for Soundscape Awareness and Protection
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Web Site: www.quiet.org E-mail: hsquiet@quiet.org

Winter 2004

Happy, quiet New Year!

Season soured by stentorian songs

Noise hurts!"Endless Christmas carols irk Czech clerks", "In Vienna, pleas for a silent night" and "Oh, you cruel Christmas time!" read the headlines of recently published articles about Czech, Austrian and German sales clerks stressed by the incessant playing of Christmas carols in their workplaces.

On December 22nd the Guardian reported that labour unions in the Czech Republic demanded that stores stop playing Christmas carols or pay compensation for causing emotional trauma to sales clerks. Some stores play the same songs all day and play them loudly. Employees say shifts have become unbearable. Unions have written to major chains, such as Tesco, and demanded that employees be compensated. A Tesco spokesman said the chain has not received any complaints.

The situation appeared to be similar in neighbouring Austria, where the well-known carol "Silent Night" was written and composed in 1816. According to an article in The Vancouver Sun on Dec. 6th, labour unions there were pressing stores to stop the incessant playing of carols, denouncing the practice as "psychological terrorism" that grates the ears of shop employees. "They become aggressive and develop an aversion to Christmas music," said Gottfried Rieser, a leader of the campaign. When they're at home with their families, they can't stand "Silent Night" or "Jingle Bells" one more time. Rieser wants shops to limit playing to one hour to give workers a break. "There's no point in playing 'Softly Falls the Snow' in the sausage department," he said.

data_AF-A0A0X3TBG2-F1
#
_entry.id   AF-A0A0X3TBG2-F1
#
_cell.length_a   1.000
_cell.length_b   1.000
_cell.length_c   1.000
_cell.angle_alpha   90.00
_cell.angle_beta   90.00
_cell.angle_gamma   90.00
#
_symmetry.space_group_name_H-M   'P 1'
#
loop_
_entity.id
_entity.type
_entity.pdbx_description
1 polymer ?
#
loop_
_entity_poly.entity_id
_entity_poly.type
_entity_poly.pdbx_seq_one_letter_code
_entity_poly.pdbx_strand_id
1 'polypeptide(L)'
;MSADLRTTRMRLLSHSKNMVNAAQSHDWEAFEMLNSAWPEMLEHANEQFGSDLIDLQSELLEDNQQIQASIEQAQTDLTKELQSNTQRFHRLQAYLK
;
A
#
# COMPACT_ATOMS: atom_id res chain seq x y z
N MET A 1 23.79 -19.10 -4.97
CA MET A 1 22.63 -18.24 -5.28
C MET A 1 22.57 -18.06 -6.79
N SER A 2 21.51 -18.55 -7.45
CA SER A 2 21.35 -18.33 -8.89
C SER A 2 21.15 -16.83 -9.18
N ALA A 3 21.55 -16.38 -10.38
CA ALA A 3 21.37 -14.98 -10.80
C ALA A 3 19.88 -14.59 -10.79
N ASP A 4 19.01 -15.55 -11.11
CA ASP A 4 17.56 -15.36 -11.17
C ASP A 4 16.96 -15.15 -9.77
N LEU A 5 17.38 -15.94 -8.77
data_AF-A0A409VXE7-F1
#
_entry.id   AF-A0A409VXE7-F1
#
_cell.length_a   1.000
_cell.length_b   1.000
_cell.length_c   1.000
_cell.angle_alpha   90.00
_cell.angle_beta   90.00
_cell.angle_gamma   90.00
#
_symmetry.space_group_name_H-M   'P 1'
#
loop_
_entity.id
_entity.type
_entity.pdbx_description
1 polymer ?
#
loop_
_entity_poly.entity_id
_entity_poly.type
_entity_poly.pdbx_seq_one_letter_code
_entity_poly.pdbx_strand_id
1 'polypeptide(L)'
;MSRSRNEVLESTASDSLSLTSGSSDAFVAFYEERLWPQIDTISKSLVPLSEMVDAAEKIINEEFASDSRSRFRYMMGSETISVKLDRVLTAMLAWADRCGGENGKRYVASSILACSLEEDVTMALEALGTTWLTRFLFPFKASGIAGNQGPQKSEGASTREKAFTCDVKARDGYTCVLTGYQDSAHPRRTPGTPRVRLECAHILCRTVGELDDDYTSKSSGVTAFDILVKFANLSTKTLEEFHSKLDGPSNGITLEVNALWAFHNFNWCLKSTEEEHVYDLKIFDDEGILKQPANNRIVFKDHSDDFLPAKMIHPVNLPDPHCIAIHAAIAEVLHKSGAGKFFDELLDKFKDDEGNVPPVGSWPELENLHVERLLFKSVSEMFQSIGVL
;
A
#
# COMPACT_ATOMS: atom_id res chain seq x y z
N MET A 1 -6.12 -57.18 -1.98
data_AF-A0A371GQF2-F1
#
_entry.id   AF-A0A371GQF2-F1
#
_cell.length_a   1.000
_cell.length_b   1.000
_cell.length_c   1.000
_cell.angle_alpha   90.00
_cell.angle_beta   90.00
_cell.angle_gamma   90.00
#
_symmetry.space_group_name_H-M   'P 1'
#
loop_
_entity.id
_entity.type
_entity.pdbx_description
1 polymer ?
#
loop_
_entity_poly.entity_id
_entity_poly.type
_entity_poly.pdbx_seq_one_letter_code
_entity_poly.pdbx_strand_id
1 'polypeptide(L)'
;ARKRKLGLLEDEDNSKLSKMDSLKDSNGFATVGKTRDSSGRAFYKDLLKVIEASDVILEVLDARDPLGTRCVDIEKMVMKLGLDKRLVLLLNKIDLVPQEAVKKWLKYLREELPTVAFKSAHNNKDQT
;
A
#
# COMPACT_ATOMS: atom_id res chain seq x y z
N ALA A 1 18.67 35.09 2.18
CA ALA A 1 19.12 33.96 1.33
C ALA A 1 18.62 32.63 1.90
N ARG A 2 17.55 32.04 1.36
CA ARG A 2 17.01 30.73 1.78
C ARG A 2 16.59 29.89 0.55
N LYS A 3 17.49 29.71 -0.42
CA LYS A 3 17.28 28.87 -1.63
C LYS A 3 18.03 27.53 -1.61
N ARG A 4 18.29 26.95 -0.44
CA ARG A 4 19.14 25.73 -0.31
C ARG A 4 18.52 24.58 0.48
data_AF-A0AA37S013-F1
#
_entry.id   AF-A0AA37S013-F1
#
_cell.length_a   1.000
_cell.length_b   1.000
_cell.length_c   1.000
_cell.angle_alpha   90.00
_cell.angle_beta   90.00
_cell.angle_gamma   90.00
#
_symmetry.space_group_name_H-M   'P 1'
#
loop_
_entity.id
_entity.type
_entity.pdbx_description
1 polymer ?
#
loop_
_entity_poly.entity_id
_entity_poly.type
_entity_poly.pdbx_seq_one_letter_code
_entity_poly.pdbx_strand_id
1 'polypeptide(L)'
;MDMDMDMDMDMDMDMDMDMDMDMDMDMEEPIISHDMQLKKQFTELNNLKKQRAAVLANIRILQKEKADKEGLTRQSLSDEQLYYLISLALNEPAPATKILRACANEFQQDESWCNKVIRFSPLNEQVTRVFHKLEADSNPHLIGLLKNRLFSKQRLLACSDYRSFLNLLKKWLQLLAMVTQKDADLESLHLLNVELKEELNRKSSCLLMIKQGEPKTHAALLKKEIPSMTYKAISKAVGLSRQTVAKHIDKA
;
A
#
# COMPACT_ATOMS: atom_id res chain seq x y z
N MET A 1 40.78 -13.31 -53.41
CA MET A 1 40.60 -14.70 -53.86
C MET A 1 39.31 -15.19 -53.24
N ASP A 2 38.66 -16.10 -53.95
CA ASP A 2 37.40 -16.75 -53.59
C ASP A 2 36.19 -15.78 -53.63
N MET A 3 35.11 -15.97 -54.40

In Germany Bild am Sonntag quoted VERDI manager Roland Tremper in Berlin as having demanded additional breaks for the affected personnel. Forced exposure to Christmas songs uninterruptedly all day causes the clerks massive headaches. "Exposure to music gets ever worse. I consider that to be an act of cruelty," Tremper said. The permanent sound-shower is not merely nerve-racking, but literally sickening, according to experts' opinion. "Hours of exposure to music can result in permanent irritability and aggressiveness toward colleagues and others," said Cologne psychologist Christian Ludke of "BamS".

Editor's note: We heard such reports for the first time and wonder what all the other types of incessantly played music are doing to store employees and customers during the rest of the year. So far, we heard of no official complaint by either unions or consumer organisations. We seem to be the "lone voice in the wilderness" here. Neither government officials nor Workers' Compensation Boards appear concerned about this sort of psychological torture at work.

Entire contents © 2003 Right to Quiet Society. Cartoon © 1996 Right to Quiet Society
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